In my previous post, I discussed how the realities of primary care—the “hamster wheel” of 15-minute visits with sometimes-difficult patients suffering from complex, chronic conditions—can burn out idealistic primary care physicians (PCPs). Increasingly, disillusioned PCPs are leaving the field. A recent survey from the Physicians’ Foundation reports that one-half of PCPs would leave medicine if they thought they could do so.
Well-intentioned doctors choose primary care because they love the idea of working closely with patients and building lasting relationships over time. But the low reimbursement rates force them to see as many patients as possible in a given day, and the frantic pace of their work often de-humanizes their practice. They are pushed to practice “assembly line” medicine. Understandably unhappy with this state of affairs, many think to themselves, “this is not why I wanted to become a doctor.”
Ideally, as Thomas Lee, an associate editor of the New England Journal of Medicine, recently put it, PCPs should go home every night thinking “this is what I was meant to do.” This seems like a high bar to reach, but we’d be a lot closer to it if our system recognized one simple fact: no physician is an island.
The Importance of Teamwork
Primary care can’t be a one-man (or a one-woman) show. There’s simply too much to do. In a recent commentary for the New England Journal of Medicine¸ Dr. Thomas Bodenheimer of the University of California-San Francisco notes that “it would take a primary care physician 18 hours per day to provide all recommended preventive and chronic care services to a typical” cohort of patients.
Making the time-crunch even worse is the fact that PCPs often take on duties that have little to do with the actual practice of medicine. In a recent comment over at Theresa Chan’s Rural Doctoring blog, a PCP named “Doctor Jen” describes the diversity of responsibilities that she faces over the course of a day. “Today,” she begins, “I saw a young woman who brought a list with 17 issues to be addressed…I also saw a newly diagnosed cirrhotic gentleman who is really struggling emotionally with his diagnosis, an 88 yr old lovely woman who needed medical clearance to take a driver's test, and a poorly controlled bipolar client who can't get a psych appt for 3 [months] because he's not suicidal.”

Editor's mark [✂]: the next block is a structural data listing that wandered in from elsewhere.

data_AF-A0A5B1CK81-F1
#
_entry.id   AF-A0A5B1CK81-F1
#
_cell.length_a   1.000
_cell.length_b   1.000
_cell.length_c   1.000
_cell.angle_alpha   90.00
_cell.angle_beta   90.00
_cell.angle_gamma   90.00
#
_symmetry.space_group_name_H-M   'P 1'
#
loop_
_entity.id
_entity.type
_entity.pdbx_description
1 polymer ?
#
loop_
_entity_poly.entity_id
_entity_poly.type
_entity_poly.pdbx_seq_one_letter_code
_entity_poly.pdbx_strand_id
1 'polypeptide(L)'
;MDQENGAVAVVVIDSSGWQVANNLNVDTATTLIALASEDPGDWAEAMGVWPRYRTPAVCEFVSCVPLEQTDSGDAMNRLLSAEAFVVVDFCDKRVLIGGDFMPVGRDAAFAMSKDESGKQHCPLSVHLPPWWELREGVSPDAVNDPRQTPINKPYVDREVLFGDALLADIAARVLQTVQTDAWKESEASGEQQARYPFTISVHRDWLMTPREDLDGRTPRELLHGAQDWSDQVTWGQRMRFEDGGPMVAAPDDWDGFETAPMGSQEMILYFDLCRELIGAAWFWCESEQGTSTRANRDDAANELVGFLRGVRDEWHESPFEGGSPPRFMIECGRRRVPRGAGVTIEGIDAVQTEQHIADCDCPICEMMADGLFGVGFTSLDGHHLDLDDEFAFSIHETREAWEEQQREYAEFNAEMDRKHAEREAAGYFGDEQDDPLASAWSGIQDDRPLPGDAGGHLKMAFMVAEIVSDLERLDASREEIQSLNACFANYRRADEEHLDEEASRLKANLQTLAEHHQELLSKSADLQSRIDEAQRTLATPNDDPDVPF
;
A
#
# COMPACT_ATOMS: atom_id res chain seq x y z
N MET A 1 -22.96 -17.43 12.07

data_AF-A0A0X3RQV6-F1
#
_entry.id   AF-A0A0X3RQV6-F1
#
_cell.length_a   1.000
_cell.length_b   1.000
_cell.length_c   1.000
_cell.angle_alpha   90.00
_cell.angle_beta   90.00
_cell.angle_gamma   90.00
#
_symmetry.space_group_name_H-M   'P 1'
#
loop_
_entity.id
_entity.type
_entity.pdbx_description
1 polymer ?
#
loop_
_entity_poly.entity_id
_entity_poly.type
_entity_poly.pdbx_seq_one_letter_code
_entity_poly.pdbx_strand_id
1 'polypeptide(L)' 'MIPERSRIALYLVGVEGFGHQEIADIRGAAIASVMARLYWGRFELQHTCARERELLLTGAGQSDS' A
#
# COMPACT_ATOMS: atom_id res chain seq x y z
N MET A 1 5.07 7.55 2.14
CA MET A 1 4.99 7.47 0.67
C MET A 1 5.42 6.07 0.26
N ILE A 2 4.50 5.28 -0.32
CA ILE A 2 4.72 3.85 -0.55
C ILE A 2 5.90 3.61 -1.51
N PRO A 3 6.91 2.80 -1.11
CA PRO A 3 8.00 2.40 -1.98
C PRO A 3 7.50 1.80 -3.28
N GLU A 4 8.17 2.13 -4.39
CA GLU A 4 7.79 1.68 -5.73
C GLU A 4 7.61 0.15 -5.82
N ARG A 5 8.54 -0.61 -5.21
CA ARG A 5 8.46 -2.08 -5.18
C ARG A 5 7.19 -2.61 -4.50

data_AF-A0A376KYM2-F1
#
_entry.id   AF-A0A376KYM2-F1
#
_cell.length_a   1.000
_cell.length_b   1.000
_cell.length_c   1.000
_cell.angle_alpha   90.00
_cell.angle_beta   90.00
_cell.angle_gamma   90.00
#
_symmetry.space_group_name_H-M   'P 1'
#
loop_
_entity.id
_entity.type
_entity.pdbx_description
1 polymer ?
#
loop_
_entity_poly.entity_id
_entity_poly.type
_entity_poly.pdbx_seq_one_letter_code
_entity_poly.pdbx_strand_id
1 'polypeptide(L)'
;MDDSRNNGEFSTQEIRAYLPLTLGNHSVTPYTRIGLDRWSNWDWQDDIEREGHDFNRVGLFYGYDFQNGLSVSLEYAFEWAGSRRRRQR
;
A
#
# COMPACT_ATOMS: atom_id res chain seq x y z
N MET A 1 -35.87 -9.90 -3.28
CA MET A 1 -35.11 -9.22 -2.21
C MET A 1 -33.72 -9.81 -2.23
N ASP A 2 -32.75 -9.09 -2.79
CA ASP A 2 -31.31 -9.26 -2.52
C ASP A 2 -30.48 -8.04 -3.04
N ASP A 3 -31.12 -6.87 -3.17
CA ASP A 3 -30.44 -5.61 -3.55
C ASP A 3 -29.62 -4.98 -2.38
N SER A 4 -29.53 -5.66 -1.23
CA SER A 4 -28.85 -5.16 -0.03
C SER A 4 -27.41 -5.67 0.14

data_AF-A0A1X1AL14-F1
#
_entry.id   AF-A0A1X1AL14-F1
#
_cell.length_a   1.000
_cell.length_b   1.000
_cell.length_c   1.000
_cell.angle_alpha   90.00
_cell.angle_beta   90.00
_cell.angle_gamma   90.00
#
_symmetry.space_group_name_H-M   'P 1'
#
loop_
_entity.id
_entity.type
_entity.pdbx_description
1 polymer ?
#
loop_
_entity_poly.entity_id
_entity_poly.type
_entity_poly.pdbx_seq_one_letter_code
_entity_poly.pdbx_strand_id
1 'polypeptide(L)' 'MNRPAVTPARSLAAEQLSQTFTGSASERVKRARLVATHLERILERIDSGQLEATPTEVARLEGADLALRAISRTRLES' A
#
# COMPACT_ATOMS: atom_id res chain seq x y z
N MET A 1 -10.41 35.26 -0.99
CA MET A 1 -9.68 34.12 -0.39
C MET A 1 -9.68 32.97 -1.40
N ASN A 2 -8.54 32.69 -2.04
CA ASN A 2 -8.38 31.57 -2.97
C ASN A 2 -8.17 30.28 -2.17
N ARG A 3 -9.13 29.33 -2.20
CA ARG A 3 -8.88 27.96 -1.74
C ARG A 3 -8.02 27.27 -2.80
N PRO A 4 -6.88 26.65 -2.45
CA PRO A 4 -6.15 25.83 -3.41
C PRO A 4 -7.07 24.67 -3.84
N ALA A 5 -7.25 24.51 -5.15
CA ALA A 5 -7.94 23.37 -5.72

Further, she says, “I filled out multiple notes [for patients to] get back into school, to get out of school, to [authorize] meds, tests or referrals, and received a note from one lady who hasn't seen me in a year wanting me to fill out medical leave paperwork for the 20 something days she's missed due to her migraines! I also saw 3 inpatients this morning.” That’s quite a day—and a lot of it has to do with paperwork, correspondence, and administrative tasks. Little wonder that Jen’s exhausted. She continues: “I tell my senior partner sometimes that I just don't think I can do this for 30 years…and he says he's been saying that for the last 26 years.”
One way to help Doctor Jen is to transform primary care from a solo sport into a team-based practice. Bodenheimer notes that, currently, PCPs “perform many tasks that do not require a medical degree and could thus be delegated to other team members.” This eats up precious time and resources that doctors could spend being doctors. Thus, Bodenheimer suggests, primary care should be more “team-based,” with “many functions from the 15-minute visit” offloaded to medical “extenders” such as nurse practitioners and physician assistants, all working within the same practice as the PCP. (This is the core idea of the much-vaunted medical home model of primary care).